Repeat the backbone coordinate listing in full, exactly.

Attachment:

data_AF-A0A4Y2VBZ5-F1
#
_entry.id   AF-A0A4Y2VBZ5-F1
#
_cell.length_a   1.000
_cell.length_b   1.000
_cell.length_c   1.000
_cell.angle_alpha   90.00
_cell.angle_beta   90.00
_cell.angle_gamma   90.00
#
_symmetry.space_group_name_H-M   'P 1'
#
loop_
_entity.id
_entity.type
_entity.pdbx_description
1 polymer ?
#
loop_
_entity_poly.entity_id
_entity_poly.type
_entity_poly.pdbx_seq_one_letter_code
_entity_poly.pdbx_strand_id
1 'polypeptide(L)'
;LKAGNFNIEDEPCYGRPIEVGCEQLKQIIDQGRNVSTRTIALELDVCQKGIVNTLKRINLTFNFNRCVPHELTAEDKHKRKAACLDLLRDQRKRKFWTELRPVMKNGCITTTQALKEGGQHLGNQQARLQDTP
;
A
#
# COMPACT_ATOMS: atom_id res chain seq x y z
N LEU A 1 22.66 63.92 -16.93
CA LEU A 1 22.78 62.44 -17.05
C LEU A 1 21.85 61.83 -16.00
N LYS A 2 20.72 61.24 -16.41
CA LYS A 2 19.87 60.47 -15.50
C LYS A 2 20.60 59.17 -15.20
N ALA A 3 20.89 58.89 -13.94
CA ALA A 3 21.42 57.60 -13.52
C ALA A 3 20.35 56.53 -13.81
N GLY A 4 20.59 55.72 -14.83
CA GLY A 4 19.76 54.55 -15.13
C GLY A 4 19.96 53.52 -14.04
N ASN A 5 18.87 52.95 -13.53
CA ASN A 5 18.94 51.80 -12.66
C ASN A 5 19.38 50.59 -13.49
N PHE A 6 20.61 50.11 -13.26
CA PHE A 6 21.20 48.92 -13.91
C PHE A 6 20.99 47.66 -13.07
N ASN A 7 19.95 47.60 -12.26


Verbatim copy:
data_AF-A0A4Y2VBZ5-F1
#
_entry.id   AF-A0A4Y2VBZ5-F1
#
_cell.length_a   1.000
_cell.length_b   1.000
_cell.length_c   1.000
_cell.angle_alpha   90.00
_cell.angle_beta   90.00
_cell.angle_gamma   90.00
#
_symmetry.space_group_name_H-M   'P 1'
#
loop_
_entity.id
_entity.type
_entity.pdbx_description
1 polymer ?
#
loop_
_entity_poly.entity_id
_entity_poly.type
_entity_poly.pdbx_seq_one_letter_code
_entity_poly.pdbx_strand_id
1 'polypeptide(L)'
;LKAGNFNIEDEPCYGRPIEVGCEQLKQIIDQGRNVSTRTIALELDVCQKGIVNTLKRINLTFNFNRCVPHELTAEDKHKRKAACLDLLRDQRKRKFWTELRPVMKNGCITTTQALKEGGQHLGNQQARLQDTP
;
A
#
# COMPACT_ATOMS: atom_id res chain seq x y z
N LEU A 1 22.66 63.92 -16.93
CA LEU A 1 22.78 62.44 -17.05
C LEU A 1 21.85 61.83 -16.00
N LYS A 2 20.72 61.24 -16.41
CA LYS A 2 19.87 60.47 -15.50
C LYS A 2 20.60 59.17 -15.20
N ALA A 3 20.89 58.89 -13.94
CA ALA A 3 21.42 57.60 -13.52
C ALA A 3 20.35 56.53 -13.81
N GLY A 4 20.59 55.72 -14.83
CA GLY A 4 19.76 54.55 -15.13
C GLY A 4 19.96 53.52 -14.04
N ASN A 5 18.87 52.95 -13.53
CA ASN A 5 18.94 51.80 -12.66
C ASN A 5 19.38 50.59 -13.49
N PHE A 6 20.61 50.11 -13.26
CA PHE A 6 21.20 48.92 -13.91
C PHE A 6 20.99 47.66 -13.07
N ASN A 7 19.95 47.60 -12.26